I don’t know what I was thinking. I asked my older daughter what she wanted for dinner.
Mmm-kay. Well, we’ve done grilled, pan-fried, standing rib, prime rib. How many more ways are there to do steak? Ooh, kabobs. But it’s January. And the weather totally sucks. I guess I’ll have to do them under the broiler.
What, you didn’t know that anything you can do on a grill you can do under the broiler? Well now you know.
Do you know your butcher? You should. When you know your butcher, you can do things like go in and ask, “What have you got that would be good for kabobs?”
“How many people.”
“Four adults, and three kids who eat like adults.”
“Okay, give me a few minutes.”
Then five minutes later, he’ll come back out from the back room with everything already cut for you. All that’s left for you to do is season it with salt and pepper.
Then chop the onion and pepper into large pieces.
Thread the steak onto wooden skewers, alternating with onion, pepper and mushroom.
Line your broiler pan with aluminum foil to make cleanup easier, and arrange the loaded skewers on top without crowding. One disadvantage of using the broiler instead of the grill is you’re probably going to need to work in batches.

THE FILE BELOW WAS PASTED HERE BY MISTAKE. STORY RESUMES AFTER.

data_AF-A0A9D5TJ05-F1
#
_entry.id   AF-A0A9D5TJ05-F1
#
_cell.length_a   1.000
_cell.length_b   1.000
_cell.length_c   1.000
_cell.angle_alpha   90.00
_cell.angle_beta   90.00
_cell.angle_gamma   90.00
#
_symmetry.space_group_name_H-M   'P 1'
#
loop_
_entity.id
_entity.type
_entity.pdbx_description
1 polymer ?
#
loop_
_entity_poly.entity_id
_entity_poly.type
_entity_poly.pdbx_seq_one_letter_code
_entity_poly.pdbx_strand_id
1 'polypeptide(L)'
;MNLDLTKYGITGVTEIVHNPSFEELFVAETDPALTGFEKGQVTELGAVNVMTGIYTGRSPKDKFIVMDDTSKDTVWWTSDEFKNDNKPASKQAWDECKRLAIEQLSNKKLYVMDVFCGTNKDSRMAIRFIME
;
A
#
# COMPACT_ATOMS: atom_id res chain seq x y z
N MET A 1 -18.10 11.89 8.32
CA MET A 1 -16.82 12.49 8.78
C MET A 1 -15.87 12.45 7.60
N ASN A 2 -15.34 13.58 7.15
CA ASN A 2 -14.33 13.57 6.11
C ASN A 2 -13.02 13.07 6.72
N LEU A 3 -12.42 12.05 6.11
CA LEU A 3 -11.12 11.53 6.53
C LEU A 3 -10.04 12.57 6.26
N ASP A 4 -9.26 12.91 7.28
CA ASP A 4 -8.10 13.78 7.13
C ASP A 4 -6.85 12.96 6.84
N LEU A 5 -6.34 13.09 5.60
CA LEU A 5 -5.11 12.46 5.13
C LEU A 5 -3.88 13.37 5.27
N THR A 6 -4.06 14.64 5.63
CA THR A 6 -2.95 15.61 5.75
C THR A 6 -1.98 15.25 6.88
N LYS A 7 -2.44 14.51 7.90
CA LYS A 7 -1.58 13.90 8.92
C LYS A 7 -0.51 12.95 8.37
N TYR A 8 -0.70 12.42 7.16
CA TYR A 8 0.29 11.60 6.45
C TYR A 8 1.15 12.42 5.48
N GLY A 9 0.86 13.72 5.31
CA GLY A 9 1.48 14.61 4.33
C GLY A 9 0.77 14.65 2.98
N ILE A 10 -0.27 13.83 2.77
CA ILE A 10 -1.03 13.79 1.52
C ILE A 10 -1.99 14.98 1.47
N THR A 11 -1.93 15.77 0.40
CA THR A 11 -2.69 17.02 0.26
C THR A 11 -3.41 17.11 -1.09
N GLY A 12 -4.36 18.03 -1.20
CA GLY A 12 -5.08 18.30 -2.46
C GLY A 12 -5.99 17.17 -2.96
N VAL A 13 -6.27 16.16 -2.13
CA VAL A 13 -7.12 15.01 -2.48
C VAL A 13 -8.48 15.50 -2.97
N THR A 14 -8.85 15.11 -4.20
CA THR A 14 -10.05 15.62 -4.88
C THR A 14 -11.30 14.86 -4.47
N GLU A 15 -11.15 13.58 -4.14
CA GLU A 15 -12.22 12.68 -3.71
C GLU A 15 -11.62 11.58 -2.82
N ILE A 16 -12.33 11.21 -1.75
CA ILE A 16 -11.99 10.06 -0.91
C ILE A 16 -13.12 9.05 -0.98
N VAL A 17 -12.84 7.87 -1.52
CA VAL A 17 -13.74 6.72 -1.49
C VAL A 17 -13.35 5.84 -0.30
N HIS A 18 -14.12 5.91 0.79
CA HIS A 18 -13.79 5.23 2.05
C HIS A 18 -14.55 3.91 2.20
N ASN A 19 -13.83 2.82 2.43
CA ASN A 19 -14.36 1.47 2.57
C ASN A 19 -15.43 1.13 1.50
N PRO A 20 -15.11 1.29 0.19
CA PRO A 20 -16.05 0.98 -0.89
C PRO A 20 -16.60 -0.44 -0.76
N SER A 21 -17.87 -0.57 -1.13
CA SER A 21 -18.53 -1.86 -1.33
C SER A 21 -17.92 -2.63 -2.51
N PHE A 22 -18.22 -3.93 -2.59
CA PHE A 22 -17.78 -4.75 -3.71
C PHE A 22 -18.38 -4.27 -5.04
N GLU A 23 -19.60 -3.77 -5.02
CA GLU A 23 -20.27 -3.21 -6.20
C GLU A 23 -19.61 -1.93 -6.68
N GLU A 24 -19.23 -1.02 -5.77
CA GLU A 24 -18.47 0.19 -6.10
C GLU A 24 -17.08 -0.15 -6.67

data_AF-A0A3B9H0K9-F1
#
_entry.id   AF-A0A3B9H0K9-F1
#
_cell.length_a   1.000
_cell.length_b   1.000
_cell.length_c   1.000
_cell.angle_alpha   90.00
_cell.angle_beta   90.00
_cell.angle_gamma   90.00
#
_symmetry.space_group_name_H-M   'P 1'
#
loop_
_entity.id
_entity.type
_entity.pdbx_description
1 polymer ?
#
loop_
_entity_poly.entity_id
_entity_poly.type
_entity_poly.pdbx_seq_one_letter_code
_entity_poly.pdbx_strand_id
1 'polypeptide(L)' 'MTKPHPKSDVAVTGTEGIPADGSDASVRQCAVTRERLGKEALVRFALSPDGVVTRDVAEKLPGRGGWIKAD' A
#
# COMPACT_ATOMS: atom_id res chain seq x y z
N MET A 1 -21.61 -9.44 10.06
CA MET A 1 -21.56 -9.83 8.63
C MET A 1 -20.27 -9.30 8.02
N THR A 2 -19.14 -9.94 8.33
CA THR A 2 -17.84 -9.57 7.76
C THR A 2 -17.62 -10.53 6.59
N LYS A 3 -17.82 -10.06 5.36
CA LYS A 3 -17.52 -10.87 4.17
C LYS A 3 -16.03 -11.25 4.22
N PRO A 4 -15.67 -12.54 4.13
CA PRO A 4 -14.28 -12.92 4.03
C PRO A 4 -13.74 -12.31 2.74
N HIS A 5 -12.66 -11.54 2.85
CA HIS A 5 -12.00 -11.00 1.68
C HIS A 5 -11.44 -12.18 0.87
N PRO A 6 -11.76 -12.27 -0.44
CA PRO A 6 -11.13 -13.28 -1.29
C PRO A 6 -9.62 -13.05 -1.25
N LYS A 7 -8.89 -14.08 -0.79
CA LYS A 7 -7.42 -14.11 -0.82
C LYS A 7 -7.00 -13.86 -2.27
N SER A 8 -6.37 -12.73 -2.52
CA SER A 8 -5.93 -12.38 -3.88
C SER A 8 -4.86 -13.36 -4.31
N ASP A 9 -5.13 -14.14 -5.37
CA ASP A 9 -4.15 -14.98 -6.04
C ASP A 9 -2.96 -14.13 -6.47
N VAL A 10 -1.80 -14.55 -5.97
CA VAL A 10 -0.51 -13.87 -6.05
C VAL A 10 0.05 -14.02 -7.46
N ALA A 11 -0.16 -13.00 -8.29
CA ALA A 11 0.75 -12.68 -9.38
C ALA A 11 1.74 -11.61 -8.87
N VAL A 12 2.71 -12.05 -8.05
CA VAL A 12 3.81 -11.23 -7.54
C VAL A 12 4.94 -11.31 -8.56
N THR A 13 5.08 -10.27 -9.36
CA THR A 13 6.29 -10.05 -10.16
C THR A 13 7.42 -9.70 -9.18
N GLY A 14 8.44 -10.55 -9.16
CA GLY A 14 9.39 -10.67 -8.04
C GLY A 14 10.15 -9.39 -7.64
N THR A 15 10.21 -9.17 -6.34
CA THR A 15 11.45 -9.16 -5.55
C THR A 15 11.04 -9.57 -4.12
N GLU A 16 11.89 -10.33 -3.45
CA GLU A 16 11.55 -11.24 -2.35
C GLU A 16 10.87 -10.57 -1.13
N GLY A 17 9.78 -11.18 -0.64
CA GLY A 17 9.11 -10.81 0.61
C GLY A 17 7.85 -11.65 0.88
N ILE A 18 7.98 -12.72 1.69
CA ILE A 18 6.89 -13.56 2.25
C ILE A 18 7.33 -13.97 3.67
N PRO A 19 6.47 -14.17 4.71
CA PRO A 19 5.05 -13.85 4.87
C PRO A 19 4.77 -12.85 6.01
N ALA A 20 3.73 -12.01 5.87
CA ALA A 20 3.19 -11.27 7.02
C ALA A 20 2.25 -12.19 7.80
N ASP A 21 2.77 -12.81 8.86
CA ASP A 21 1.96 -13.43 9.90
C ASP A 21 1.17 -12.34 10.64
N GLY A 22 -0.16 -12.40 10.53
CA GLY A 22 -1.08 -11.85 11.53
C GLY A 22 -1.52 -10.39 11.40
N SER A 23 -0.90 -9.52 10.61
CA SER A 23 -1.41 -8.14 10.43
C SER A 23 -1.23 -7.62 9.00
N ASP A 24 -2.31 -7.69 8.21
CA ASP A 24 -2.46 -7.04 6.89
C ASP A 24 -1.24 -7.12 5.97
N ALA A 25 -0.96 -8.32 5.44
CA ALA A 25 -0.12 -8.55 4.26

Position the rack so the surface of the pan is about 4-6 inches below the broiler. Set the broiler on high and cook for about two minutes, turn everything over, and go another two minutes.
If you like tomatoes, don’t try to load them on the same skewers with the meat and the other veggies. They’re done way faster. So do a few skewers with nothing but tomatoes. You’ll probably only need a minute total, just until the skin pops.
And that’s it.
Want more like this? For more recipes like this, that you can hold right in your hands, and write on, take notes, tear pages out if you want (Gosh, you're tough on books, aren't you?) you might be interested in How To Cook Like Your Grandmother, 2nd edition, Illustrated. Or to learn your way around the kitchen, check out Starting From Scratch: The Owner's Manual for Your Kitchen.